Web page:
One possible option for traveling through a wormhole
“Wormholes,” as Stephen Hawking once said, “are all around us.” The only problem is that they are so miniscule that even the atoms that make up our physical forms are too large to fit through them. Yet we know that if we could get inside a wormhole that time travel would be possible.
The way I see it, we have two options: shrink ourselves down to the quantum level, or expand the wormholes until they are large enough for us to fit through.
In physics, a wormhole is a hypothetical topological feature of spacetime that can act as a shortcut through spacetime. On a theoretical level there are valid solutions to the equations of general relativity that contain wormholes. Wormholes known as Schwarzschild wormholes or Einstein-Rosen bridges are connections between areas of space that can be modeled as vacuum solutions to the Einstein field equations, and which are now understood to be intrinsic parts of the maximally extended version of the Schwarzschild metric describing an eternal black hole with no charge and no rotation.
Now it seems unlikely that we’ll have a way to shrink ourselves down to a quantum level anytime soon, the new Ant-man movie notwithstanding. So that leaves it up to us to figure out a way to expand these wormholes.
And that’s what I’m going to do.
The theory of general relativity predicts that if traversable wormholes exist, they will allow time travel. This can be accomplished by accelerating one end of the wormhole to a high velocity relative to the other, and then sometime later bringing it back. Relativistic time dilation would result in the accelerated wormhole mouth aging less than the stationary one as seen by an external observer. However, time connects differently through the wormhole than outside it, so that synchronized clocks at each mouth will remain synchronized to someone traveling through the wormhole itself, no matter how the mouths move around. This means that anything which entered the accelerated wormhole mouth would exit the stationary one at a point in time prior to its entry.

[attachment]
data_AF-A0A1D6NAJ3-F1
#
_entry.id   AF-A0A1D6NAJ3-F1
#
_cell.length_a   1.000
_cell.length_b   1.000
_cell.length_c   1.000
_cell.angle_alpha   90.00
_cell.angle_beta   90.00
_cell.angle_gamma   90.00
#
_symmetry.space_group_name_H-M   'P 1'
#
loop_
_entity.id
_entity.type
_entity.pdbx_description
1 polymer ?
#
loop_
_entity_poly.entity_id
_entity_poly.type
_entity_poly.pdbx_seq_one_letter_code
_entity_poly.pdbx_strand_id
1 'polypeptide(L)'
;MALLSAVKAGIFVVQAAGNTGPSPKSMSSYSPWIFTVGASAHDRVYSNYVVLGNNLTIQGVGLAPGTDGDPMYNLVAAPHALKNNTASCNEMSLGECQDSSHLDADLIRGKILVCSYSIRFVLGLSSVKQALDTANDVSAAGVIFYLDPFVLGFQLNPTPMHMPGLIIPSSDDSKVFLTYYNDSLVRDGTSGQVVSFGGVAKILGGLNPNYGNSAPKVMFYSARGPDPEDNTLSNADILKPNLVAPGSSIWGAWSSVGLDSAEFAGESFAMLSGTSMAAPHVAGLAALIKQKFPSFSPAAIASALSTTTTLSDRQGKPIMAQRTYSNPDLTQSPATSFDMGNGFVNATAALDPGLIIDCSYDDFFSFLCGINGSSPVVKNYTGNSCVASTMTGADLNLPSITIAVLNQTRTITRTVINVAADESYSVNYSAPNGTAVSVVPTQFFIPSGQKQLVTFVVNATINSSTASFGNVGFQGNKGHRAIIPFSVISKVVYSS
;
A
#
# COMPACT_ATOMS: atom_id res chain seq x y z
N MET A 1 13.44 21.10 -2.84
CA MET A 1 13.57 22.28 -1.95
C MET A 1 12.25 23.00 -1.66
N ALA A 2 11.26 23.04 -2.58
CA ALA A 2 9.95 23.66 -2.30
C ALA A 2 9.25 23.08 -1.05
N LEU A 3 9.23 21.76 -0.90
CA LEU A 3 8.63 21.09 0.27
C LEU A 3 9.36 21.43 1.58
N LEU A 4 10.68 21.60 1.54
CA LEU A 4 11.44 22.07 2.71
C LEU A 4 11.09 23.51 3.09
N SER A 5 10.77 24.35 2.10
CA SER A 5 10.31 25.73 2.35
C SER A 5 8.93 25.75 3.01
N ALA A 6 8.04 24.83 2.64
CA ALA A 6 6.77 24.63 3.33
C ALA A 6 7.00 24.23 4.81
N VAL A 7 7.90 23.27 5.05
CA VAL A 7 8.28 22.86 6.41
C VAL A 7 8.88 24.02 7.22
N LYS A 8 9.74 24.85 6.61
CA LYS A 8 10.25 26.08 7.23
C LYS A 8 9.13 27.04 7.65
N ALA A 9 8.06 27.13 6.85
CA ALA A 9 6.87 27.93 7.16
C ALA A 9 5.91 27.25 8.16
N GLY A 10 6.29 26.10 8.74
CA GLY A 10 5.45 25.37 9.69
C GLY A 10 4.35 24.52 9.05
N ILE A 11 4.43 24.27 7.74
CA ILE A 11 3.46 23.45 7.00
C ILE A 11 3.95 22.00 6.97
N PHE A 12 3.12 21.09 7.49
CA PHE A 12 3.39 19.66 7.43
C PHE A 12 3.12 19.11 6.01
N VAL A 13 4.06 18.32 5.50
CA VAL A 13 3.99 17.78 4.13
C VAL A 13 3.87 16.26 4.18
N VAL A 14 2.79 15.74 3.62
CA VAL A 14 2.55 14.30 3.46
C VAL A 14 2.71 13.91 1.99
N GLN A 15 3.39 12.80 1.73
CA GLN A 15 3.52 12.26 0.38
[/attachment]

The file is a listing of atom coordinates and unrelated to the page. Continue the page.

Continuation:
For example, consider two clocks at both mouths showing the date is 2000. After being taken on a trip at relativistic velocities, the accelerated mouth is brought back to the same region as the stationary mouth with the accelerated mouth’s clock reading 2005 while the stationary mouth’s clock read 2010. A traveler who entered the accelerated mouth at this moment would exit the stationary mouth when its clock also read 2005, in the same region but now five years in the past. Such a configuration of wormholes would allow for a particle’s world line to form a closed loop in spacetime, known as a closed time-like curve.
And here is an equation that backs up the theory:
As you can see, I’m well on my way to cracking wormholes. Really, the only question left is how to ready my Delorean for space fight.